Coolant not circulating in '99 Sienna with 185K miles

toyota
coolant
sienna

#1

Our Sienna is overheating. The Toyota service center is looking at it.

  1. They said the top coolant hose was hot, bottom hose cold. They replaced the thermostat and both hoses now hot, but coolant is still not circulating.
  2. The fan not coming on, but when they disconnect the sensor fan comes on. Still no circulation.
  3. They want to try replacing water pump next, not sure this will fix it.

Note: the van was rear ended 1 week before this problem began. Hard enough to knock rear bumper loose on left side, and break parts holding bumper too van, but no major damage.

My questions:

  1. Does anyone know what is likely causing the circulation problem?
  2. Could the rear-end collision have anything to do with the circulation problem?
  3. Do you recommend I stop trying to fix this van (we need a vehicle, but I can’t afford a good van right now) or should I keep trying to fix the van?

#2

If both hoses are hot it would seem that some circulation is occuring, but if the fan’s not coming on it’ll still overheat. Have them fix the fan problem first, then see if there’s still a temperature problem.

If it still overheats it could be the water pump or a partially plugged radiator. Was the water pump replaced when the timing belt was replaced? When was that done?


#3

Has this ever had a water pump replaced? Does the electric fan turn on when you turn on the AC?


#4

I’d pull the radiator first and flow-test it. Just because the top and bottom hoses are now hot doesn’t mean the radiator is not blocked up and restricting flow. I had this problem with my Toyota truck, and the radiator shop couldn’t unblock the radiator with an ultrasonic bath. The new radiator fixed the problem.

Not saying the water pump is not at fault, but it just seems easier to check the radiator than to commit to replacing the water pump.


#5

Remove the thermostat. Replace the housing temporarily. Remove the upper hose from the radiator. Fill the system with water and start the engine. Water should shoot out of the open end of the upper hose with considerable force. If so, the water pump is fine. If it passes this test, pull the radiator and have it flow-tested by a radiator shop.


#6

Thanks for the comments. Some answers to your questions:

  • water pump and timing belt were replaced 6 years and 90K miles ago
  • they pulled the radiator and water flows through it (radiator replaced 2 months ago)
  • fan doesn’t turn once the car overheats, does turn on when it is cold
  • hose was removed from the radiator, water doesn’t shoot from end of hose

Based on your questions, it sounds like this is pointing to a bad water pump, and at bad switch on the fan, correct? …that is what they are going to try replacing next.


#7

It really just sounds like a fan problem to me. Don’t let them replace the water pump on a guess. In fact, this should not be all that complicated at all. Perhaps you need to find a different shop. In fact, why are you taking this senior citizen of a van to a dealer? In general, you will pay way too much and be sold things you don’t need and for no good reason since dealer’s have no special magic knowledge of the cars. Think about finding a good, locally owned, independent mechanic.


#8

Water won’t shoot from the hose when the engine is cold unless the thermostat is removed, it blocks the hole completely. It is supposed to do that.

Disconnecting the sensor does test the fan, so the sensor should be changed anyway, just to make sure you have a good one. The fan is supposed to work before the overheating happens. Just knowing where the right sensor is gives a great starting point. Sensors can fail too. It happened on a four year old car.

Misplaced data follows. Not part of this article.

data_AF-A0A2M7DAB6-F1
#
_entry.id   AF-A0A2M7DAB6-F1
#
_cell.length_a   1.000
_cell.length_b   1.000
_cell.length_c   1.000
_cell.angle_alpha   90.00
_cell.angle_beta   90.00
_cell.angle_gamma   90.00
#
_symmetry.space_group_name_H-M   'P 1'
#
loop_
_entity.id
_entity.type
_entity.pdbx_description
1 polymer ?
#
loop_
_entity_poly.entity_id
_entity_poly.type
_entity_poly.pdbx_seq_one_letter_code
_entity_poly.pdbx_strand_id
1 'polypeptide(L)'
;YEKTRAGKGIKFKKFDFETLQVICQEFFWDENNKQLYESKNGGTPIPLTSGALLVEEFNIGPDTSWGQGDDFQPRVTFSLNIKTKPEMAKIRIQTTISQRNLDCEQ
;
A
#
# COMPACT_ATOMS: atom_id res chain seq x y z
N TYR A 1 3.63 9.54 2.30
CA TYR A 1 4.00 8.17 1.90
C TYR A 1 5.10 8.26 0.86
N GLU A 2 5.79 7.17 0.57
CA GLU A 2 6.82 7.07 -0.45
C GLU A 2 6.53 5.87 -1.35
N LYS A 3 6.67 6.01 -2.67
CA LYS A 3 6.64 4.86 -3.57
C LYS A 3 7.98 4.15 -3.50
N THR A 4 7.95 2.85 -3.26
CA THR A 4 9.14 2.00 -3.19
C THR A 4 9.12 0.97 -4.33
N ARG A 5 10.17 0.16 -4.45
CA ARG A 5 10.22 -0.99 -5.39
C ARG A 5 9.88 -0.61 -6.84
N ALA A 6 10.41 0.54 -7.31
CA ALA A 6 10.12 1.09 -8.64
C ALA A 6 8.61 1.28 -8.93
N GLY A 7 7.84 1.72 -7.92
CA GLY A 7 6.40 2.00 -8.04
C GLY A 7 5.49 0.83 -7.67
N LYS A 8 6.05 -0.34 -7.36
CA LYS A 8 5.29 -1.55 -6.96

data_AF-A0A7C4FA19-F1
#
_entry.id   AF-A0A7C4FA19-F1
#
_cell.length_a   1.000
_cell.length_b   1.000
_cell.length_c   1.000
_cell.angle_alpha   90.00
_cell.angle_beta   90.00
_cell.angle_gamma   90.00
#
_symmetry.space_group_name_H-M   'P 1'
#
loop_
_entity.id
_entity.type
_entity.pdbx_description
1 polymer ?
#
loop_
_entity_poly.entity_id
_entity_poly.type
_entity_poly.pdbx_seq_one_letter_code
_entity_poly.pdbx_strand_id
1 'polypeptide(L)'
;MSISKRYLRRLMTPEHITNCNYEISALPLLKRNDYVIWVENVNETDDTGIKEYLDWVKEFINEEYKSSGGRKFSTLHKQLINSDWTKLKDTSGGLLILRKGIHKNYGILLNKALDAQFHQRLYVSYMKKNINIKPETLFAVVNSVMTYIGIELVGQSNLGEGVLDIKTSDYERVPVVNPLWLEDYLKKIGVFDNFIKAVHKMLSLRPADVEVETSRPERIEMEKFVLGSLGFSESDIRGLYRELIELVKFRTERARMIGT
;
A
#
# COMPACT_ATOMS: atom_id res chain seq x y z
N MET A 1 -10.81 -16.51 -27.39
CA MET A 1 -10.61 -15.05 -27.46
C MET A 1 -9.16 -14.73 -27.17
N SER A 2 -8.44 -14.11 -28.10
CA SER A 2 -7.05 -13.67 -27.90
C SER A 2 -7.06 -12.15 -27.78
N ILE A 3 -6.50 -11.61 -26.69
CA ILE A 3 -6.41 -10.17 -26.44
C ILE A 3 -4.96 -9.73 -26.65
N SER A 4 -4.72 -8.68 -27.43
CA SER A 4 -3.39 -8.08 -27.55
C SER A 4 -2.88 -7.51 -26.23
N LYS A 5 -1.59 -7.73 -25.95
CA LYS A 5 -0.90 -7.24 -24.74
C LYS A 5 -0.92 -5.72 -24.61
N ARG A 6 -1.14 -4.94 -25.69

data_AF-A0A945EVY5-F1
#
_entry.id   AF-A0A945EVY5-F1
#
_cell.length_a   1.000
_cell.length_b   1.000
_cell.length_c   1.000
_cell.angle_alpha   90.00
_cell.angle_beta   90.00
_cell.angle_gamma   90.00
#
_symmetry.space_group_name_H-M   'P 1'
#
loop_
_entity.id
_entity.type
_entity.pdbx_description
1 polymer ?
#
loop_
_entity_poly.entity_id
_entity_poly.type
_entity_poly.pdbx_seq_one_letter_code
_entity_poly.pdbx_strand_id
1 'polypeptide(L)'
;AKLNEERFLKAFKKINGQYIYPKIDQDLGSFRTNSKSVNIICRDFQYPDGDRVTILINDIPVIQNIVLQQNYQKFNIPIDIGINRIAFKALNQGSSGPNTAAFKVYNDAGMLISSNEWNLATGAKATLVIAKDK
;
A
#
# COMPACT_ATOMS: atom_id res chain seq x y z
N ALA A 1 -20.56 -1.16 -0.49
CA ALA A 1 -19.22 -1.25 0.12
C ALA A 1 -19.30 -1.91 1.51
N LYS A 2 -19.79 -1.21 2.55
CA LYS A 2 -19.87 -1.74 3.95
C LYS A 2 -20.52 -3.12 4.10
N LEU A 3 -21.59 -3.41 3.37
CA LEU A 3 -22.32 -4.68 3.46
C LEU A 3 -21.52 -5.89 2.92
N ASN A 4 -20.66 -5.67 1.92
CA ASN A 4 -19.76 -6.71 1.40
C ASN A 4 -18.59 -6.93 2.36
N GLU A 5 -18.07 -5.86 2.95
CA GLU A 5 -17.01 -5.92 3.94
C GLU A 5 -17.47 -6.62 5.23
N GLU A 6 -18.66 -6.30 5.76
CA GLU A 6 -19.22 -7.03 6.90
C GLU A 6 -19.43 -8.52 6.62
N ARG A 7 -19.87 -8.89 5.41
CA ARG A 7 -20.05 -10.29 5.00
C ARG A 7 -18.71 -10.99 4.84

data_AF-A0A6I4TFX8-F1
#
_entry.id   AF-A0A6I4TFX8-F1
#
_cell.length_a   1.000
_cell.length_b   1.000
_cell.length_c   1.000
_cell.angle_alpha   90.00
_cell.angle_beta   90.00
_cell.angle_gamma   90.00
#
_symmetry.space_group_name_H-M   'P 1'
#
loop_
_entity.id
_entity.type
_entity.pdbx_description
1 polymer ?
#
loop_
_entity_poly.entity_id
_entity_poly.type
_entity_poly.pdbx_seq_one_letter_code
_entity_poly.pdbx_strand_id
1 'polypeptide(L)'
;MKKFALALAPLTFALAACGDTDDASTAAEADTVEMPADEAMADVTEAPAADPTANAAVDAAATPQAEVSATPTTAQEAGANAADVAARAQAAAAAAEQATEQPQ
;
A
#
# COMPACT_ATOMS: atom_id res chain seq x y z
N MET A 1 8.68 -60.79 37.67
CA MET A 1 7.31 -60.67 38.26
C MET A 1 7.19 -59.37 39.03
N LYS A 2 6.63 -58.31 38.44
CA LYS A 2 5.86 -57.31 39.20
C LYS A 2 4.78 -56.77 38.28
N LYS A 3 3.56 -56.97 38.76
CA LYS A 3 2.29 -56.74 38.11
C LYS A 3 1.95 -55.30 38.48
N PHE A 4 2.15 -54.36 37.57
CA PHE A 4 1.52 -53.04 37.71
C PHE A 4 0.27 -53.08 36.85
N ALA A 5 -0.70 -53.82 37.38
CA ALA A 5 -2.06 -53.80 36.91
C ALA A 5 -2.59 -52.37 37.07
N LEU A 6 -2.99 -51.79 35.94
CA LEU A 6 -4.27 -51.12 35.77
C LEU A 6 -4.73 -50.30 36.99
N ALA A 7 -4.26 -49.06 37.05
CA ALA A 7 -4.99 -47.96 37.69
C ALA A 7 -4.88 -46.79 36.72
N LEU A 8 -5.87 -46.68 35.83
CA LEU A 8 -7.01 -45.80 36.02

If the minivan doesn’t overheat when it’s constantly moving, the water pump is OK. If the engine overheats in stop and go driving, the fan switch (we called it the sensor) is dead and can’t open the circuit.

That is a very likely scenario. Then there’s the radiator. If about 6% of the cross fins are missing (check from the rear) there is no way the radiator can work properly.


#9

Martydew wrote:

water pump and timing belt were replaced 6 years and 90K miles ago

Since the recommended mileage interval for timing belt replacement on that vehicle is “every 90K”, why don’t you just go ahead and do it. While you’re in there for the belt, replacing the water pump is only incremental labor.


#10

Thanks again for the comments.

I took the van to a dealer for two reasons. First, I went to a local shop, they started by raplacing the thermostat, then did a bunch of “diagnostic tests”, then told me the coolant wasn’t flowing through the engine and the only fix was to replace the engine – a $3,000 fix. I figured a 2nd opinion was in order. Second, the dealer replaced the radiators 2 months ago.

I’m pretty sure they removed the thermostat when testing for water flow.

When I drove the van to the dealer, the temperature increase while I was on local street, and went over the max on the temp gauge when I got on the highway. As I mentioned above the radiator is new.

Based on the comment above, it’s sounding like the water pump and sensor/switch are the problem. Between the thermostat, water pump, fan sensor/switch, timing belt and all the of parts they should replace “while replacing the water pump and timing belt”, and labor, the dealer tells me the cost will be between $800 and $1,000. Does this sound right?


#11

I would NOT do this repair unless they guarantee it will cure the problem!! Do NOT pay for guesswork!!

It is quite rare, but I have seen engine blocks so badly corroded (from not changing the anti-freeze) that major cooling passages get blocked off and repair is no longer possible…

AGAIN, ask them to REMOVE THE THERMOSTAT and check for water-pump function…